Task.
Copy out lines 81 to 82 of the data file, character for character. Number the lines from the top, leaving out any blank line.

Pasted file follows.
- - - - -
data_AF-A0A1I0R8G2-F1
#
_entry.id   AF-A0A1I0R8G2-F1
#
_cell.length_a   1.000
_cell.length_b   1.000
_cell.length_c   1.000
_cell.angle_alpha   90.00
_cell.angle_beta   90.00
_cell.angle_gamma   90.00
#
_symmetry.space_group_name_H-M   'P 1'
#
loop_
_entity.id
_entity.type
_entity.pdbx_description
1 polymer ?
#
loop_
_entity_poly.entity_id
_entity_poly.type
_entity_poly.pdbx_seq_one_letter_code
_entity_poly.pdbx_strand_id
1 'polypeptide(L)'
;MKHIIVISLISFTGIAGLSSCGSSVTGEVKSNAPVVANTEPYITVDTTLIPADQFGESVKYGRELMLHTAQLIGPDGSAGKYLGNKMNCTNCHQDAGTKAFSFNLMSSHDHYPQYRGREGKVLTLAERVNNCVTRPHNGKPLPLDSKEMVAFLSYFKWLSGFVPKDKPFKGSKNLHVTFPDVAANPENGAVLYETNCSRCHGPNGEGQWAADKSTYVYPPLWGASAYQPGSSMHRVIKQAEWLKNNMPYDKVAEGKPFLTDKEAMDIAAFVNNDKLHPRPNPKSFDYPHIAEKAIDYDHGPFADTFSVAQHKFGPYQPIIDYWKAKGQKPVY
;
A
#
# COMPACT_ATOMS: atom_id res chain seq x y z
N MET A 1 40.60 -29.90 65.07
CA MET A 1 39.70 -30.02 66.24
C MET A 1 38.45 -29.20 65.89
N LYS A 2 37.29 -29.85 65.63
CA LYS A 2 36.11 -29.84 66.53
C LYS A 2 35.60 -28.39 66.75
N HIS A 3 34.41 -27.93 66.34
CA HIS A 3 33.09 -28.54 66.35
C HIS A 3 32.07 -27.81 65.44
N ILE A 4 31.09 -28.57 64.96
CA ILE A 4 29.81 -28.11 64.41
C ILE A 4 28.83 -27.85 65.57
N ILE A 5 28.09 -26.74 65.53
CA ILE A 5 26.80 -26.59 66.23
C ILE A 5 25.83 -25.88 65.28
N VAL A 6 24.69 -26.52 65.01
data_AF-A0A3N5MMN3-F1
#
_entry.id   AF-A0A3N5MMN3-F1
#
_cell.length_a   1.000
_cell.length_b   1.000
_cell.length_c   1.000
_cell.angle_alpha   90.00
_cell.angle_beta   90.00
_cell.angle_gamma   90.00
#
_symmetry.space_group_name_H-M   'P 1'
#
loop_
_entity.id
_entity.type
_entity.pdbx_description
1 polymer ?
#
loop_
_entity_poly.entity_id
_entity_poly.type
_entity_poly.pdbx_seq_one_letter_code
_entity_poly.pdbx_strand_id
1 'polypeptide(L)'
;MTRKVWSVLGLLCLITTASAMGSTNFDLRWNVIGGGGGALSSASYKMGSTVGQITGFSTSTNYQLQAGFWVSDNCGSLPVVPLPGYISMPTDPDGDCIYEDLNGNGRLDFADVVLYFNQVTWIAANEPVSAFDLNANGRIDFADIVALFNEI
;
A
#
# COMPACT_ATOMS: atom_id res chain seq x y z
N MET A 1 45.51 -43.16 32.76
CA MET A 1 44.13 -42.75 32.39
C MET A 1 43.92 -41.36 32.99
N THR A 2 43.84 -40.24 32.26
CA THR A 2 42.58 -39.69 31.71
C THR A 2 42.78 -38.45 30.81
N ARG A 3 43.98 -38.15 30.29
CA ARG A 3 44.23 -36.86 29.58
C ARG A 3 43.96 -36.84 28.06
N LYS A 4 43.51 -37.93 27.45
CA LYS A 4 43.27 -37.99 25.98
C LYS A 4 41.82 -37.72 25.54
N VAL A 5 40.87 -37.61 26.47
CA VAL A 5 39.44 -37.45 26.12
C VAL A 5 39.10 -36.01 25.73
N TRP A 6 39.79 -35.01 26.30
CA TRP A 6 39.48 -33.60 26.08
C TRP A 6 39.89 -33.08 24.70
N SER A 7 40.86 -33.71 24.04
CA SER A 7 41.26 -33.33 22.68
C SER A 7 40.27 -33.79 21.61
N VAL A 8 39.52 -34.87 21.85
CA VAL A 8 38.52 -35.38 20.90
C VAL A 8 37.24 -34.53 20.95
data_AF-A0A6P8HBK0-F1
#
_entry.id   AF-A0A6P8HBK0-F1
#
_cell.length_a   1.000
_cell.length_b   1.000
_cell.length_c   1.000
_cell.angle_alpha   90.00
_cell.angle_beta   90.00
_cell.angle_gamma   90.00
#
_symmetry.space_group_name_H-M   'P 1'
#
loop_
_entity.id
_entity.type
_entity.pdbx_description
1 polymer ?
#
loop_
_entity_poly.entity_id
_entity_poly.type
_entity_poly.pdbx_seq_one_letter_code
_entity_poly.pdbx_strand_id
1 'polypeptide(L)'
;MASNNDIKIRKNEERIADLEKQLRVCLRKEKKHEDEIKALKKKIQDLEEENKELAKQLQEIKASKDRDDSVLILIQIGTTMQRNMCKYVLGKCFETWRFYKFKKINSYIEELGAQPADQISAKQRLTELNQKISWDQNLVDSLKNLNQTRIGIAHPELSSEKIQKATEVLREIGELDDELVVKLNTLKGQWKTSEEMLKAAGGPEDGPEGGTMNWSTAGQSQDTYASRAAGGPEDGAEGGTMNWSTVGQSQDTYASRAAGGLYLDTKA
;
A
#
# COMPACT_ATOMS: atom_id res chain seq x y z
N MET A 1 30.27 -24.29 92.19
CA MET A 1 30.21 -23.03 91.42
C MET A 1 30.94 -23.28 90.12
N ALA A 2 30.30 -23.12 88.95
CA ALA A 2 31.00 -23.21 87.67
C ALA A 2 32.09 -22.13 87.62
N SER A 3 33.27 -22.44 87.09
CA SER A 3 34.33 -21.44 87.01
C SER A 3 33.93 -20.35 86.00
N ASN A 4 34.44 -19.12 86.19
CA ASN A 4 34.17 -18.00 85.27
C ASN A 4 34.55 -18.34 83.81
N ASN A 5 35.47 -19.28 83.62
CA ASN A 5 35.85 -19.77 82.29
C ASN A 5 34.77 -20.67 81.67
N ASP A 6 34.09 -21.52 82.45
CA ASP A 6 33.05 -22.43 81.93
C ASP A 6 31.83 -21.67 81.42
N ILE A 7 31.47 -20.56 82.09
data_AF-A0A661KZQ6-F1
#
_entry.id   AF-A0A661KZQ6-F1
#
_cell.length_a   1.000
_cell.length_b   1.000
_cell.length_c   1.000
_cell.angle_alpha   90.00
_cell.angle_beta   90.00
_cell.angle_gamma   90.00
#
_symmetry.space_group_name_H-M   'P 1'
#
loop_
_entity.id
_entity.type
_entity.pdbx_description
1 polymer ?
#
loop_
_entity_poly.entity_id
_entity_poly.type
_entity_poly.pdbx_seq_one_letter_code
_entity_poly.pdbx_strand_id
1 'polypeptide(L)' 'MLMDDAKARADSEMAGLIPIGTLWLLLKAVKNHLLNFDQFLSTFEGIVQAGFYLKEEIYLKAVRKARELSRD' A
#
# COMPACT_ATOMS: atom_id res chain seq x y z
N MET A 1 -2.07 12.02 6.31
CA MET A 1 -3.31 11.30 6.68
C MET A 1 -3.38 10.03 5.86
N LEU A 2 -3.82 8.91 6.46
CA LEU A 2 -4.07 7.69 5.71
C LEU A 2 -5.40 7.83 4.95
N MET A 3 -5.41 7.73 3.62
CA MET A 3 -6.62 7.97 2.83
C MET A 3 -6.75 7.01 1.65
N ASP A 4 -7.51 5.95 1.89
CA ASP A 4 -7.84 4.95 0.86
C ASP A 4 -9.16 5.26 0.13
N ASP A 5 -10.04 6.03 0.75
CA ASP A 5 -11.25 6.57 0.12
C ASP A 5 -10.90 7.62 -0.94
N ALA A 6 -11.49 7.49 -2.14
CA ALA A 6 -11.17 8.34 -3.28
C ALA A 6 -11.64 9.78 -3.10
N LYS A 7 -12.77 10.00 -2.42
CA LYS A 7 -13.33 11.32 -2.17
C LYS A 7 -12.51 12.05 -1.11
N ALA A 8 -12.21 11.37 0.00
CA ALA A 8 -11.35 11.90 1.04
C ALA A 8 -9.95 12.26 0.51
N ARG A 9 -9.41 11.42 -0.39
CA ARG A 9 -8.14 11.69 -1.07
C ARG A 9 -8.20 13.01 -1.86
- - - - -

CA THR A 2 42.58 -39.69 31.71
C THR A 2 42.78 -38.45 30.81